John McCain

What If the Presidential Candidates Were Videogames?

We already covered the candidates' stand on videogame legislation. But what if the candidates themselves were games? Game With a Brain provides the voting guide for geeks: Barack Obama - Final Fantasy VII (PS One)

In fact, while Final Fantasy VII is often cited as one of the best games ever made, you are likely to find just as many who decry it as the most over hyped ever. These vocal gamers often note that while Final Fantasy VII got all the headlines, much better RPGs were being released on the PlayStation-such as Suikoden.

Hillary Clinton - Donkey Kong Country 3: Dixie Kong’s Double Trouble! (SNES)

By the third title’s release gamers were no longer sure they wanted more Donkey Kong Country. Worse still, hindsight had caught up with the first two titles and they no longer seemed quite so perfect or revolutionary. By the third title’s release gamers were seeking change, and some mild gameplay gimmicks were not enough. Still, many consider it the best of the series.

Mike Huckabee - Bible Adventures (NES)

The actual game may not impress you much upon first play, but there is a certain fun, winning charm to its weirdness. Again, much like Mike Huckabee.

(Does anyone know if the game had squirrels as power-ups?)

John McCain - Desert Bus: Penn & Teller’s Smoke and Mirrors (Sega CD, unreleased)

A bus driving simulator, Desert Bus tasked you with driving a bus from Tucson, Arizona to Las Vegas, Nevada in eight hours of real time. The game could not be paused, and the bus occasionally would veer to the right. So, like the Arizona senator you set out on a grueling long journey (to your party’s nomination) and occasionally veer off to the right (frightening potential independent voters). Uncanny.


Yahoo's Summary on the Candidate's Stand on Videogames

Super Tuesday is upon us and Ben Silverman of Yahoo! Games wrote up a summary on how the top three candidates from both parties stand on video game legislation. Yeah, wars and immigration and stuff are certainly important, but who wants to take away your Pokemons? But then again this is also about how the frontrunners intend to deal with the intertwining topics of violent media and free speech. Democrats Hillary Clinton Despite her good intentions, Hillary's scary track record might be enough to dissuade gamers from putting another Clinton in office.

Barack Obama Obama is more skeptical of how violent games affect behavior than his rivals, and in turn seems less inclined to legislate right off the bat. That should ring true with gamers.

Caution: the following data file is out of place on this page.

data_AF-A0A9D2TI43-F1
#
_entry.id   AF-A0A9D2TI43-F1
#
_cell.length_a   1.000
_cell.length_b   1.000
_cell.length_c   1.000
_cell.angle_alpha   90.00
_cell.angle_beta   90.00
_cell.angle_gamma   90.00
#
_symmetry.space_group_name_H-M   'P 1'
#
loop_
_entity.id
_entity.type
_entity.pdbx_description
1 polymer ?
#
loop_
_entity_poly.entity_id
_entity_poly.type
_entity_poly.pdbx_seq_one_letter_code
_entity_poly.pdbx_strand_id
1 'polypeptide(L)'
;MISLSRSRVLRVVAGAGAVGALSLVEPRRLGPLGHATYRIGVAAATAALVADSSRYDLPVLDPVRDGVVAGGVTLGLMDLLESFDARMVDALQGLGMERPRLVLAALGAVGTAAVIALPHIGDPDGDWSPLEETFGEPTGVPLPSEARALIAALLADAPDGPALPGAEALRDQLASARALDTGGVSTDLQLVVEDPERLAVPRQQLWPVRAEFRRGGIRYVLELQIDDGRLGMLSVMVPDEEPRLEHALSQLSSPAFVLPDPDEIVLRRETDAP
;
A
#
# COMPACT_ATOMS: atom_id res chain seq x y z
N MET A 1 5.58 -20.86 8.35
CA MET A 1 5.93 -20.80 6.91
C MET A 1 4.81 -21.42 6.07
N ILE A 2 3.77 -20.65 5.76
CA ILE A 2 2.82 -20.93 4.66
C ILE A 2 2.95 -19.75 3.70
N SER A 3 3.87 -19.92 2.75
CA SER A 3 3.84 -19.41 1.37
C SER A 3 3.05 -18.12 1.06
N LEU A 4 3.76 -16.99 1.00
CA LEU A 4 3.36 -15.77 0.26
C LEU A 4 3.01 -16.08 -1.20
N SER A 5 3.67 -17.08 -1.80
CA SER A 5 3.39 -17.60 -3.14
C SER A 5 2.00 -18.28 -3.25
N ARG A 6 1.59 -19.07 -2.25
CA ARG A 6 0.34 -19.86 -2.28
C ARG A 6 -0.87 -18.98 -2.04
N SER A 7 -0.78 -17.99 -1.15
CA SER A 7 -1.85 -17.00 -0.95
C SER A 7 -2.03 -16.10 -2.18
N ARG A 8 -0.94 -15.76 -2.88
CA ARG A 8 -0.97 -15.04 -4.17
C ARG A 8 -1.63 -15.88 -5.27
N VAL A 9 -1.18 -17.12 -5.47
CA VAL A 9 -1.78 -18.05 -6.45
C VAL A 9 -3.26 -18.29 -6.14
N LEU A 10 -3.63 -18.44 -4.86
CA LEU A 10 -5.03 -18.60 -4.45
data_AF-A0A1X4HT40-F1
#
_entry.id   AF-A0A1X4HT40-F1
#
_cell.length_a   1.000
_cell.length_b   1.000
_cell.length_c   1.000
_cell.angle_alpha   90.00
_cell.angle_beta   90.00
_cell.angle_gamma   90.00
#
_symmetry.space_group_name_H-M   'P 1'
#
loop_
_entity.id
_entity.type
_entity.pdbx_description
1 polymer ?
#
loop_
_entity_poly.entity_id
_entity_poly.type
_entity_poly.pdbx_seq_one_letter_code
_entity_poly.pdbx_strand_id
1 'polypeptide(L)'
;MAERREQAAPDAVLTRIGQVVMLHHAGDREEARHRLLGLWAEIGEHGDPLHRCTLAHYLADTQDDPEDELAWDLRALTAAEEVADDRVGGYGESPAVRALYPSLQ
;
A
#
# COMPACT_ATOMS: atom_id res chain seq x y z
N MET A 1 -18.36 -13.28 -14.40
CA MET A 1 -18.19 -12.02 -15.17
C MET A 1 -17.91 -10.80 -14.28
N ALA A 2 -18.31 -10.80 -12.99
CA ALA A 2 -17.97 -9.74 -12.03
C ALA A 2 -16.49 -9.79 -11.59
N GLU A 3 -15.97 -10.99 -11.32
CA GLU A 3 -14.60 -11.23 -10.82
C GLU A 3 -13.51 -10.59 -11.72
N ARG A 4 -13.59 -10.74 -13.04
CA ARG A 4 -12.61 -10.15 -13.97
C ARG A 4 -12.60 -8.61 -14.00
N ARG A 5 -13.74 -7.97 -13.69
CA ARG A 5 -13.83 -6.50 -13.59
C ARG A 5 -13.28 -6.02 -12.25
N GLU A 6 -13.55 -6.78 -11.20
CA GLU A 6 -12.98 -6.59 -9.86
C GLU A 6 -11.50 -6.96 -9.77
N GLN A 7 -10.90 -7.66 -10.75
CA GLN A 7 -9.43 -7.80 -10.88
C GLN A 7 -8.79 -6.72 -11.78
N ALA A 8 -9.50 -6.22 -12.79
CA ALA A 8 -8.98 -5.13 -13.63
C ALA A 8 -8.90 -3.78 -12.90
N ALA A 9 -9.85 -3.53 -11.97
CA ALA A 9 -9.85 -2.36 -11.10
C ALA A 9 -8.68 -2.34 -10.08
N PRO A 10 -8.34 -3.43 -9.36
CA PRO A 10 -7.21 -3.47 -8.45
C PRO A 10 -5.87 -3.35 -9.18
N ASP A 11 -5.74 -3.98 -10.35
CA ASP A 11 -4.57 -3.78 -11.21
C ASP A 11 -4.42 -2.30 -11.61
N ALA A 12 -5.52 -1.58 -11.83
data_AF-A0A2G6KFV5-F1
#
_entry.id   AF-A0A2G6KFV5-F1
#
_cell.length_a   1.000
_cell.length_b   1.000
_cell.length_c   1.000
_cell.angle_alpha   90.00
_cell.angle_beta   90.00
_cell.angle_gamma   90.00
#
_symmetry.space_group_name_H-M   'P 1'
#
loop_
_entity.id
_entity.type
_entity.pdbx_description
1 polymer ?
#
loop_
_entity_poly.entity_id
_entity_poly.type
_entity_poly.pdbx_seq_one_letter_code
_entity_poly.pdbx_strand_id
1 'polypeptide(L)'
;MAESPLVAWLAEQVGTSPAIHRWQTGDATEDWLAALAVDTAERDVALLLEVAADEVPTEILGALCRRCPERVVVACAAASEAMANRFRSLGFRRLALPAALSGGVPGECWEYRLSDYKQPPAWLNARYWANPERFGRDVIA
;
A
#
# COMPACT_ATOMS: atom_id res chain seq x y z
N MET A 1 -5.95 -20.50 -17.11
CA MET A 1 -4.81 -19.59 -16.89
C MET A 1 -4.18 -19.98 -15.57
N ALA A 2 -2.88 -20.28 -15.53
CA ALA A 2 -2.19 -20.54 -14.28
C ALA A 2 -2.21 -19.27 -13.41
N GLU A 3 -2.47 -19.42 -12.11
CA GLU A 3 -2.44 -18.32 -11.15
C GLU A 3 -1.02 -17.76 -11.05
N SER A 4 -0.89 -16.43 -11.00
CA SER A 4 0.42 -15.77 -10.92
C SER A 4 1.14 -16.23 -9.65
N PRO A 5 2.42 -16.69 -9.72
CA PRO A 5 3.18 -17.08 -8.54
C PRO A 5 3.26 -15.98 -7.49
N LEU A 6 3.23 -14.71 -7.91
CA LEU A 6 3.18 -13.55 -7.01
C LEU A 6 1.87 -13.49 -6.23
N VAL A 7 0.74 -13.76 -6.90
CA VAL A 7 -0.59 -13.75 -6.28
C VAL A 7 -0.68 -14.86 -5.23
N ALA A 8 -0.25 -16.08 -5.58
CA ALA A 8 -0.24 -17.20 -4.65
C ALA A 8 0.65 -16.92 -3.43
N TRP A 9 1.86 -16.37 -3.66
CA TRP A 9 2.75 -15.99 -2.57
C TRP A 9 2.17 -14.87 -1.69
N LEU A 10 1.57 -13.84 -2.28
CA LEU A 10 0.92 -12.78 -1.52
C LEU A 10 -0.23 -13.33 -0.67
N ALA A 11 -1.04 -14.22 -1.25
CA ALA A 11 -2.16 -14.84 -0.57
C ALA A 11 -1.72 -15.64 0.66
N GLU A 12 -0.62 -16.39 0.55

John Edwards
 Edwards is the only candidate willing to outright commend the ESRB's actions, and while he tempers that with a warning, he puts more trust in the industry than anyone else. If you favor the ESRB, you likely favor Edwards.

Republicans John McCain
 Compared to his more conservative opponents, McCain is a viable option for Republican gamers, although his ties to Lieberman are worth noting.

Mitt Romney
 Obscenity laws? Societal cesspools? Unless you're wracked with gamer guilt, Romney is one hard sell.

Mike Huckabee
 He's no Mitt Romney. That's gotta count for something.

Yes, yes, Ron Paul is missing, despite him being the ONLY candidate we can depend on to NOT regulate the Internet and guarantee our First Amendment Rights...

(via gamepolitics)


'Message driven candidate sites'

'Message driven candidate sites' Steve Petersen looked at a new type of candidate sites over at The Bivings Report this week. The websites, which I assume we can label 'Message driven candidate sites', are attempts by some of the 2008 presidential hopefuls to run targeted mini campaigns around specific issues.

Petersen writes:

"Some of the 2008 Presidential hopefuls are campaigning on multiple official sites. In these cases, the candidates are selecting issues on which they're strong"

"This strategy has potential as it enables campaigns to make headway by creating a special site to build a community around a specific issue and to project a clear message that can standalone from the rest of the campaign platform".

It seems like Petersen only has been able to locate four sites of the kind. These are:

Bill Richardson's No Troops Left Behind

Joe Biden's Head to Head 08

John McCain's Mitt vs. Facts (not yet launched)

Joe Biden's Plan for Iraq